Emmy Eugenie Andriesse (1914 – 1953) was a Dutch photographer best known for her work with the Underground Camera group during World War II.
Andriesse was the only child of liberal Jews Abraham Andriesse, textile company representative, and Else Fuld. At age fifteen, she lost her mother, and since her father traveled internationally for work, she was raised by several aunts.
From 1932 to 1937, after high school, Andriesse studied advertising design at the Academy of Fine Arts in The Hague founded in 1929 by designer Gerrit Kiljan. At the academy she belonged to a group of students around left-wing designer Paul Schuitema. She attended an experimental class taught by Paul Schuitema and Gerrit Kiljan, where she learnt photography and the use of photographs in posters, advertising and newspaper articles.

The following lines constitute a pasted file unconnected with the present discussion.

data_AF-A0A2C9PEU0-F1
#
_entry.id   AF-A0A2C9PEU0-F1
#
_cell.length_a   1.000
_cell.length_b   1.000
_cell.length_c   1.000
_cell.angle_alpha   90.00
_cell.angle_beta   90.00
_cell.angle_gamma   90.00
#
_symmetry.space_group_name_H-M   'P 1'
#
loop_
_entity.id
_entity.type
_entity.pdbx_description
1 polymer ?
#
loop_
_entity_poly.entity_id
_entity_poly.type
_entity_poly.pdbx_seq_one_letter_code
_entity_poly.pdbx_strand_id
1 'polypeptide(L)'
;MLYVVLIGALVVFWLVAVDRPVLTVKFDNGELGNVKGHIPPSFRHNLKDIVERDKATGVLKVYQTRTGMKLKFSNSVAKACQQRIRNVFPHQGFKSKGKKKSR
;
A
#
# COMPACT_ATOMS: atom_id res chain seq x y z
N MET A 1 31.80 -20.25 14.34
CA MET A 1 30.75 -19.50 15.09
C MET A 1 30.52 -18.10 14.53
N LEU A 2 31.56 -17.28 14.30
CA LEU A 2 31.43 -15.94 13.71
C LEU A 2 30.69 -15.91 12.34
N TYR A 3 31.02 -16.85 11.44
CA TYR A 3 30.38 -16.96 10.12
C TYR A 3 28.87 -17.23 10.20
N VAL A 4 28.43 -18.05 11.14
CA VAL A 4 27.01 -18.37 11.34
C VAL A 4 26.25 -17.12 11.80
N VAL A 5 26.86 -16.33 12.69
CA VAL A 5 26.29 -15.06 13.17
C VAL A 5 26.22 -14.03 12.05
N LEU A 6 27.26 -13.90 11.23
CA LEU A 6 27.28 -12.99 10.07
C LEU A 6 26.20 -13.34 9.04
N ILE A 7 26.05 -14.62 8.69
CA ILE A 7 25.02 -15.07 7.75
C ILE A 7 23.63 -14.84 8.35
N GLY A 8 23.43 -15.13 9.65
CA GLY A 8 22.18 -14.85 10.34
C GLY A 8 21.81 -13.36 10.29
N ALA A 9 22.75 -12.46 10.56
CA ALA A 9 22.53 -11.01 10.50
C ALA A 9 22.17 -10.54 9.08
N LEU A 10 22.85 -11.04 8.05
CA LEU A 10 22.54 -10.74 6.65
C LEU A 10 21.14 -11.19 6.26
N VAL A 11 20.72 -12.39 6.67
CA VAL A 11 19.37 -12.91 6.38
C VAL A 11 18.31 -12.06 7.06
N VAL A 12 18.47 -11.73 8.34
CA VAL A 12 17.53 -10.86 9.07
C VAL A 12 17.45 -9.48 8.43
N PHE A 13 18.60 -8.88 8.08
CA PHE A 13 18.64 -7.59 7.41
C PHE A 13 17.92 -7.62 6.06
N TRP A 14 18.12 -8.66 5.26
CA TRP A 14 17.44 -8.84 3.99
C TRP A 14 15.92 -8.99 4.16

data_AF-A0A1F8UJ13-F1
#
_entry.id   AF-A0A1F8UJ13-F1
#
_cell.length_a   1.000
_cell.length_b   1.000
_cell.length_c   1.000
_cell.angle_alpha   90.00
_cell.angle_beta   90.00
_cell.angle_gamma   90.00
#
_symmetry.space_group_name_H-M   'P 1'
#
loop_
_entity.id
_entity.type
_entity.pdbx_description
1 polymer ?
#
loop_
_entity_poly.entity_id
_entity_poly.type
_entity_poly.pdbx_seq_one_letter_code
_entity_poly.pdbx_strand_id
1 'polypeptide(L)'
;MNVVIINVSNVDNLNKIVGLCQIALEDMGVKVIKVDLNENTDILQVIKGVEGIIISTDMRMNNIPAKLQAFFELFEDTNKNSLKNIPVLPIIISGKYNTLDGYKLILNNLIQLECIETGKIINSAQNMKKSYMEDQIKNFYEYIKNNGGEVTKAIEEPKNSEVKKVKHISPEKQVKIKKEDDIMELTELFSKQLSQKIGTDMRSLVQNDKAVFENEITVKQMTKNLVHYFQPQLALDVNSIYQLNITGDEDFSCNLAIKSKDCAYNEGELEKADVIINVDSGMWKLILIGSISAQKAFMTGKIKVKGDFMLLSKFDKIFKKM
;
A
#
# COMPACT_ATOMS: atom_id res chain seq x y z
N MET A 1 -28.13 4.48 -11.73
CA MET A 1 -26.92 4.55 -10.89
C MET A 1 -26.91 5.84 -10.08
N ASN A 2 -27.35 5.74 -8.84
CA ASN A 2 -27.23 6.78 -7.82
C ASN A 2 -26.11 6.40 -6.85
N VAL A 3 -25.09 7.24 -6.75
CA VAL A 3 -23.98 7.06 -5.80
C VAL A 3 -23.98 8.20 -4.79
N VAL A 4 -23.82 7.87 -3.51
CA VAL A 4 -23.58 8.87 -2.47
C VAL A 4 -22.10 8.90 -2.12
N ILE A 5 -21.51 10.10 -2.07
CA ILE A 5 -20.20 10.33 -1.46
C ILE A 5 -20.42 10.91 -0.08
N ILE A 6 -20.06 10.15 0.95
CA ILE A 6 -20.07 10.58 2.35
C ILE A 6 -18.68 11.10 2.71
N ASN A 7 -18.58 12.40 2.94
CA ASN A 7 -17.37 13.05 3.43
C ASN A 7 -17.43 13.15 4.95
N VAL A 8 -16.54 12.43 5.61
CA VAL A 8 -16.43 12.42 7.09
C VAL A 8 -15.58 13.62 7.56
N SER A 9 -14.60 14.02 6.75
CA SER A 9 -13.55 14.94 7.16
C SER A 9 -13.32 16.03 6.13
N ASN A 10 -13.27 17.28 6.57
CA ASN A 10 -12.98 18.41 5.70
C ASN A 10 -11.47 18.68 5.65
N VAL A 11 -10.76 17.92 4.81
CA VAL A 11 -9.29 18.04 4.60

In June 1941 Andriesse married graphic designer and visual artist Dick Elffers (with whom she had two sons, one who died young), but as a Jew during the Nazi occupation Andriesse was no longer able to publish and she was forced into hiding. At the end of 1944, with the assistance of the anthropologist Arie Froe she forged an identity card and re-engaged in everyday life, joining a group of photographers, including Cas Oorthuys and Charles Breijer, working clandestinely as De Ondergedoken Camera. The photos that Andriesse made under very difficult conditions of famine in Amsterdam, include Boy with pan, The Gravedigger and Kattenburg Children are documents of hunger, poverty and misery during the occupation in the “winter of hunger” of 1944-1945.